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Advanced/Expert Womens Boots that are Warm and Wide ? :)

PianoGirl

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Aug 13, 2021
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Hello everyone! Winter will be here soon! :) I am looking to replace my current Tecnica Attiva Diablo boots. I like them a lot but they were always cold on my feet and i had to install a heater ( Surefoot at Killington charged me $500 for the heater.. more than i paid for the boots! :( ) The liners when you look at them are very thin... probably a thing of the times when i bought them.

My forefoot is on the medium to wide side but my heal and calves are average sized for a 5'3" height lady at 120 lbs.

Any strong recommendations for a light, warm boot for an advance/expert woman skiier ?
 

skiur

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Go to a ski shop in a ski town and get fitted. They will have someone that knows what they are doing and will get you in the right boot.
 

Hawk

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To add to Skiur. Every person has a unique foot so a boot fitting with a VERY repuatable person is without exception the only way to go. And cost should not be the determining factor. If you spend good money on anything it should be your boots. Also, your issues with cold feet may not have anything to do with the boot. It just might be other issues like, circulation, persperiation that makes your feet cold or even your core is getting cold. The first thing that goes is your feet and hands. Know fact. I would ask around and get the name of a good boot fitter and buy from them and not shop around. When you buy the boot from a good shop they usually gaurentee the fit and will make adjustments for free. Another smart thing is to get a custom foot bed. That also helps with being comprtable. Do not skimp. I use Joe, Steve and a couple others at Alpine options. I have never had any issues and have gone back for all kinds of corrections once the boots break in.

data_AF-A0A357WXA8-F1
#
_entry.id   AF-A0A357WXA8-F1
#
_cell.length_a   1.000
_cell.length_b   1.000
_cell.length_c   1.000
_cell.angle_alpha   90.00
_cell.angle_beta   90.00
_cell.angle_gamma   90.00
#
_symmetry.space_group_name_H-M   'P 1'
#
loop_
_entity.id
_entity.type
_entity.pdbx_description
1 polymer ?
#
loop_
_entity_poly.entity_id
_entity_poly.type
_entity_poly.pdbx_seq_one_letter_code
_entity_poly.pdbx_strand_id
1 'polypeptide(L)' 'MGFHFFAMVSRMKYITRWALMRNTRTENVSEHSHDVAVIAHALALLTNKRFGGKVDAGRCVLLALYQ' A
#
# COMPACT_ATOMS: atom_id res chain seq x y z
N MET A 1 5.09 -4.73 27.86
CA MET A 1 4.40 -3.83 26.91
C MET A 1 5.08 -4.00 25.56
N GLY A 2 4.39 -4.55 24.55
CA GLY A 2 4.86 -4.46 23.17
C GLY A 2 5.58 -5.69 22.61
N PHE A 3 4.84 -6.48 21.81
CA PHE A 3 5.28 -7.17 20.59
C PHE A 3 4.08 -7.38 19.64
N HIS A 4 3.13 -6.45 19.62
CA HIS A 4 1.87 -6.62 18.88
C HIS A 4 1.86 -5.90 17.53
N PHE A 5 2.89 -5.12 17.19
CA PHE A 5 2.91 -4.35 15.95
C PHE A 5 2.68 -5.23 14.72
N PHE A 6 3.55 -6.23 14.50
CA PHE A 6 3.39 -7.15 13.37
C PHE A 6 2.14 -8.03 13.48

Hawk

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I inherited the batteries from my wife and she got me the socks for christmas and have only used them Mountain biking in the winter. My feet stay pretty worm in the winter but I ski woods and bumps so it is hard to get cold unless I stand around waiting for people.
 

jimmywilson69

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yeah I only have the problem of cold feet (mine sweat) when I ski in PA where I spend more time riding a lift than actual skiing. If I'm in VT or out west its absolutely not a problem
 

mister moose

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$500 sounds very pricey for heated insoles.

I'll throw another idea at you - if your shells are still in good shape (And are the correct size and width) keep them. It's the liners that are packed out. Get a foamed liner like Conformable. Tell the fitter you don't want a race fit, meaning you don't want it molded to a compressed foot, you just want it molded to your regular foot. The foam will fill every millimeter of space in the boot with warm foam. Their foam does not pack out like factory liners, lasts longer, and fits better.